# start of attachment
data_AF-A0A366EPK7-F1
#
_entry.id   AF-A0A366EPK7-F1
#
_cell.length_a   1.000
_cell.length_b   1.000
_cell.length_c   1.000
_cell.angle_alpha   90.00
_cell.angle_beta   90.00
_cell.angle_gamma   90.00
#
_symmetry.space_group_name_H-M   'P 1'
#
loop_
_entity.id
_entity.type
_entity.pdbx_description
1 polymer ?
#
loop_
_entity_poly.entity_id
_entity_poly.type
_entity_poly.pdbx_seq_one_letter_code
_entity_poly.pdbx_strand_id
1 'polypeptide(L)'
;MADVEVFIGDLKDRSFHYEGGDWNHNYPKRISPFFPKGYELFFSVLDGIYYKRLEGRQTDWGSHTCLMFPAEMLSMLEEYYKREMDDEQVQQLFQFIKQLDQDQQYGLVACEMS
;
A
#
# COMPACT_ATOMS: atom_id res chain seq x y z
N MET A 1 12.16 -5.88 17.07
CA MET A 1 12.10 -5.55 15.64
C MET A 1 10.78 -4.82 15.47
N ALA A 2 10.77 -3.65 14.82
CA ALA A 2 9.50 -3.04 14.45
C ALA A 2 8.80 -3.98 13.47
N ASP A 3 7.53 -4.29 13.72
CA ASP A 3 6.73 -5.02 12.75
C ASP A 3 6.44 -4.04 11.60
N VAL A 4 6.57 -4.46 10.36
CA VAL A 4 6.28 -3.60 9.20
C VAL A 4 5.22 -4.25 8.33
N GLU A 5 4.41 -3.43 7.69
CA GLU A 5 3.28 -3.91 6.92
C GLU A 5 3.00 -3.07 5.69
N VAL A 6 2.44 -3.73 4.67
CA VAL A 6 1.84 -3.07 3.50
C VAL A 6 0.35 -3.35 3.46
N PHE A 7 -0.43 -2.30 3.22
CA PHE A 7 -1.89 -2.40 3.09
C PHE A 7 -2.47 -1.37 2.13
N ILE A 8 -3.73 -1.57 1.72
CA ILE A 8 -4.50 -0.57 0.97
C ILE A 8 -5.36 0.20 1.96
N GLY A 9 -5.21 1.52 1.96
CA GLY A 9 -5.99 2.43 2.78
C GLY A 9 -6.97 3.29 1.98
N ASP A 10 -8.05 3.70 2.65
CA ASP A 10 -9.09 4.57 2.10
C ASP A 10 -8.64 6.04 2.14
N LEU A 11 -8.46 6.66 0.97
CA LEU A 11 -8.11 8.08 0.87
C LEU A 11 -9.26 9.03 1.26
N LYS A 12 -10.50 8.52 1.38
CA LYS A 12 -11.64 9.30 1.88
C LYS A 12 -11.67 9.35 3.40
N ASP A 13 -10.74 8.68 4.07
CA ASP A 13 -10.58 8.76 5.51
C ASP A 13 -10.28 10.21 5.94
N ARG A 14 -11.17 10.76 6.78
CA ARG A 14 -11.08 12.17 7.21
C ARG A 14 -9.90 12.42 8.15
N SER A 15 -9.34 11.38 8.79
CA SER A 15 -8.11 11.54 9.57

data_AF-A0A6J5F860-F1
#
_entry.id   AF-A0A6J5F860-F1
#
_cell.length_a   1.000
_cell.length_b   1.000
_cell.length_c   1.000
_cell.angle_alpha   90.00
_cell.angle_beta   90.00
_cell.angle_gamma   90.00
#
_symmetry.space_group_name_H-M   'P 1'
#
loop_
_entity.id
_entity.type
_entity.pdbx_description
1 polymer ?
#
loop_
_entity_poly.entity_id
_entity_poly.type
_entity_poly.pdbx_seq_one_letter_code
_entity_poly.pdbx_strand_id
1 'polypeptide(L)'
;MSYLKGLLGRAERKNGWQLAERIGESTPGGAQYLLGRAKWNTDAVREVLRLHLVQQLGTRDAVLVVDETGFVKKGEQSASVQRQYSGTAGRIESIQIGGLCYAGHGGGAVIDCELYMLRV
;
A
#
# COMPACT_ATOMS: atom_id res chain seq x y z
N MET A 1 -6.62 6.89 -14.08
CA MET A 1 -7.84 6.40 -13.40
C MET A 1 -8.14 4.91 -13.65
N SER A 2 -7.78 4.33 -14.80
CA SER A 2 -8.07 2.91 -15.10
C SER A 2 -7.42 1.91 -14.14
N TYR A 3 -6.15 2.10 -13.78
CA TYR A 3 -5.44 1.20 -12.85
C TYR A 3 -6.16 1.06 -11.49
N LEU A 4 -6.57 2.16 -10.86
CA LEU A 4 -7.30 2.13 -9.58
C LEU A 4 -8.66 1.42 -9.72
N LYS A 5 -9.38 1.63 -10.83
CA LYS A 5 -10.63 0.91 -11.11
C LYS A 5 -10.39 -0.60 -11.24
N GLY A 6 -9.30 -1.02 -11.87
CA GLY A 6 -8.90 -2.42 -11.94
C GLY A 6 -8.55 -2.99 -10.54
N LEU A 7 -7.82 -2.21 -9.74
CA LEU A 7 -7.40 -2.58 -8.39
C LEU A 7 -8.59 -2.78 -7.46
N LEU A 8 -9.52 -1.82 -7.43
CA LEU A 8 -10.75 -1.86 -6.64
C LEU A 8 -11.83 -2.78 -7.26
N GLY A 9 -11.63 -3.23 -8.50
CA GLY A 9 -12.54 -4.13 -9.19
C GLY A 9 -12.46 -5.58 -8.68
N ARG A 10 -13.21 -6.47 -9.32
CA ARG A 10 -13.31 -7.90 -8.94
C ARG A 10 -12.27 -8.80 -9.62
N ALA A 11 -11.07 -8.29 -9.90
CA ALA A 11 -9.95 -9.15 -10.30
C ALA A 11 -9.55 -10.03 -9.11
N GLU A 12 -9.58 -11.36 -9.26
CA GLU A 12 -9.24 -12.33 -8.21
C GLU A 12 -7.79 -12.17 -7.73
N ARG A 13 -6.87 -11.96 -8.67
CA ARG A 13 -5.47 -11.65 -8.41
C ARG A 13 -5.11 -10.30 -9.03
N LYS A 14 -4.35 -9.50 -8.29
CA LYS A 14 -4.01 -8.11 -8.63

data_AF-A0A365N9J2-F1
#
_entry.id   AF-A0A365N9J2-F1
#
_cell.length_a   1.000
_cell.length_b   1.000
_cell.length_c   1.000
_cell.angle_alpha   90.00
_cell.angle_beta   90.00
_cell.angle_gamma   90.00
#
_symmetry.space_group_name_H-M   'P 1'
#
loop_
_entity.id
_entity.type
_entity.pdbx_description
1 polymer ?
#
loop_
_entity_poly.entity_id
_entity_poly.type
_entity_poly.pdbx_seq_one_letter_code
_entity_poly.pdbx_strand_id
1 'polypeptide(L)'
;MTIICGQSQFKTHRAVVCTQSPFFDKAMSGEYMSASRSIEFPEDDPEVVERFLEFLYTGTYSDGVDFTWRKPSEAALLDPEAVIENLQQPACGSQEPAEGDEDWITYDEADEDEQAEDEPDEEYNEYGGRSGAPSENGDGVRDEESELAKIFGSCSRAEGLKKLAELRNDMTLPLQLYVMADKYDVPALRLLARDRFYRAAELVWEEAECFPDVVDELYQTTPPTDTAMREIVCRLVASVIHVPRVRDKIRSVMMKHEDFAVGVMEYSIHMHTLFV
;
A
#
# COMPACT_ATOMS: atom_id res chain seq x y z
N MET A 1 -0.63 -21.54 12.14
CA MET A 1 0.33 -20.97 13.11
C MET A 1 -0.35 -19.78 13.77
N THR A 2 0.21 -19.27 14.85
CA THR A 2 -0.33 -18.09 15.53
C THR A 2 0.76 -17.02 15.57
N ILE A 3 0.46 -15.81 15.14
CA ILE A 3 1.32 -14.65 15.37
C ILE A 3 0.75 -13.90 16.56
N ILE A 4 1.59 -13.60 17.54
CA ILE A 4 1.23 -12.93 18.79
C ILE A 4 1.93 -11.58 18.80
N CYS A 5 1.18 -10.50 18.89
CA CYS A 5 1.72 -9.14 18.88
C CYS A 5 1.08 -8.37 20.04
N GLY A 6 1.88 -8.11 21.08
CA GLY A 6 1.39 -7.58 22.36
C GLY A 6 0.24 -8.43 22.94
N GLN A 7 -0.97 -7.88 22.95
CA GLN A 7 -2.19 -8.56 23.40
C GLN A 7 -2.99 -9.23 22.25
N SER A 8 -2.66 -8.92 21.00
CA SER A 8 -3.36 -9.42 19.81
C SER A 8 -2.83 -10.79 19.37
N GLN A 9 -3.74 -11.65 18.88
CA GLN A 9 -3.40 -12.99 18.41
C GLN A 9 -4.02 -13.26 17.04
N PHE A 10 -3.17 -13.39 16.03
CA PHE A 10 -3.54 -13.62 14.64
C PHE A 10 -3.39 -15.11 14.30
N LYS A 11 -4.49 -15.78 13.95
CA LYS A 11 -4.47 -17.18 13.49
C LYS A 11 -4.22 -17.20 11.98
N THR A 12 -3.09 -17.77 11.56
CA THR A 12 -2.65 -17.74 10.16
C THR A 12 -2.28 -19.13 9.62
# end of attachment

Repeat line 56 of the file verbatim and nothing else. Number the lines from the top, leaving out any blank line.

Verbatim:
CA GLY A 9 -5.99 2.43 2.78